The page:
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Review of Lesere at Jermyn Street Theatre

Lesere – Photo credit Piers Foley

I am an enthusiastic theatre attendee but this is the first time I have visited this little gem of a theatre in a basement on fashionable Jermyn Street. There are seats on all four sides of the tiny performance area, and no one is more than three rows from the action. With just 70 seats, it is reputed to be the smallest theatre in the West End.

Ashley Holloway’s Lesere is a psychological thriller set in France, just after the Great War. The play’s atmosphere is conveyed by a set with few essential pieces of furniture, vines which trail from the ceiling and walls, and by the addition of taped birdsong.

Jane and John Lesere are an English couple who are living a seemingly idyllic life, running a vineyard in rural France. The vineyard is not yet producing any wine but John is working on establishing his business and Jane is running the house and writing poetry in her spare time. It does not seem likely that this business would be able to support them, so we assume they have money and this retreat is place for John to recover from his ordeal on the Somme. While John is out working, Jane is visited by an English stranger, George, who has injured his hand while out walking; oddly, he is dressed in a dinner suit. The two talk while Jane dresses his wound and she reveals that she gained nursing experience while working as a nurse during the war after she went to France to try and find her husband who had gone missing in action. George tells Jane that his own wife also worked as a nurse during the war but she has since died of the flu and he has remained in France, as he is not yet ready to say goodbye to her. George is planning on writing a book and he asks Jane to read one of her poems to him. When she goes to get some fresh bandages for him he steals her note book.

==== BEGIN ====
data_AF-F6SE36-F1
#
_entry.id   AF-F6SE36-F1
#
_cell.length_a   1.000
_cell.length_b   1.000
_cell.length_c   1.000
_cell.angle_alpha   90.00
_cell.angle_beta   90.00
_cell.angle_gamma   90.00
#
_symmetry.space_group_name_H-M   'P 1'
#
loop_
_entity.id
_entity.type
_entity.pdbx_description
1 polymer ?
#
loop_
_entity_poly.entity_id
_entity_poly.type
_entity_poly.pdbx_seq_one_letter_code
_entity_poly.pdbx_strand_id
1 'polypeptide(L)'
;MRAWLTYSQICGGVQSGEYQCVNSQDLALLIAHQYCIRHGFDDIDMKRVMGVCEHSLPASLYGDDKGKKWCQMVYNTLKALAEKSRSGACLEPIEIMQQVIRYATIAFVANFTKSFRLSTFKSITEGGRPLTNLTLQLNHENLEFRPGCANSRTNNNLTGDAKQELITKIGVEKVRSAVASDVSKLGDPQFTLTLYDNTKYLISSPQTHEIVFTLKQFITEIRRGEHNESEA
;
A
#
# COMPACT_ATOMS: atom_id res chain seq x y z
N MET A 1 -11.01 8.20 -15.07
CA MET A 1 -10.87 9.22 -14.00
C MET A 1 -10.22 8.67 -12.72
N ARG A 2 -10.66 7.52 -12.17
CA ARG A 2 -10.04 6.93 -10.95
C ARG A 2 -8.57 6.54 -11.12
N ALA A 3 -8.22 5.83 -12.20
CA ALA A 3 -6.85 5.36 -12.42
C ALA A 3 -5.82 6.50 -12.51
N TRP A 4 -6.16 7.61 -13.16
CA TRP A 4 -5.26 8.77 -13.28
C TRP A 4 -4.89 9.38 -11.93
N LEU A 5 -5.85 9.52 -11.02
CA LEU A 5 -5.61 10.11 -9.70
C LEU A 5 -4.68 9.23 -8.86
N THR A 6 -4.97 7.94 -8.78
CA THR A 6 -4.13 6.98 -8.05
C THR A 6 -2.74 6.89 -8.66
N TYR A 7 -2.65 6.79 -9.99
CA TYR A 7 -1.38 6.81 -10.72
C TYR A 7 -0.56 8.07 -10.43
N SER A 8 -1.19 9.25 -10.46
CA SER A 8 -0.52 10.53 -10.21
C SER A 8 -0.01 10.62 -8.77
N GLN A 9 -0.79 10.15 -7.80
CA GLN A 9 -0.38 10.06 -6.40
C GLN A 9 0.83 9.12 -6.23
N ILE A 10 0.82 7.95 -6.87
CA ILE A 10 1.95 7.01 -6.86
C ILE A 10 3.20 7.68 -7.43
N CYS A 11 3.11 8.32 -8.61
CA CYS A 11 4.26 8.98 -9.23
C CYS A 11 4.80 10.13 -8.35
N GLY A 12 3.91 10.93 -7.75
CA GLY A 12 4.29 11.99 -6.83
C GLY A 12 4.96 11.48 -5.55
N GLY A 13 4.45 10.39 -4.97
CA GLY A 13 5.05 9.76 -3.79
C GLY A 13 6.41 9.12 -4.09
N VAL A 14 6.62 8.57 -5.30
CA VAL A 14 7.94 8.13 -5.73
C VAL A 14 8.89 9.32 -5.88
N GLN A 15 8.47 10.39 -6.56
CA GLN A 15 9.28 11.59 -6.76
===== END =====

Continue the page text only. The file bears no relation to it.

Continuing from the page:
George wants to talk about the war which Jane and John do not. He creates an air of suspicion between the Leseres, suggesting that Jane hides her writing from John and that John has something he should feel guilty for. He makes John read Jane’s poems, poems that John had previously respected as her personal property. George suggests to the vulnerable John that they are kindred spirits, both having fought in the trenches. However, later that evening, George threatens the Leseres with John’s gun and forces them to reveal their secrets.

Jane, played by Cassandra Thomas, is a compassionate wife, caring for her shell-shocked husband. Leon Williams, as John, is convincing as a damaged young man trying to survive after a dreadful war. Richard Atwill plays George, a man with a strange and unsettling presence. You know from the start that he will cause trouble and you want the Leseres to turn him away, yet he beguiles his way into their affections by claiming shared experiences. However, I did not really understand how George knew so much about the Leseres and why he was so intent on destroying them. Does he have some link to their past and how does he gain from their destruction? For me, Ashley Holloway does not really explain any of this, so there is no tidy conclusion to the play but, if you enjoy a dark, intense thriller, you shouldn’t let that spoil your evening.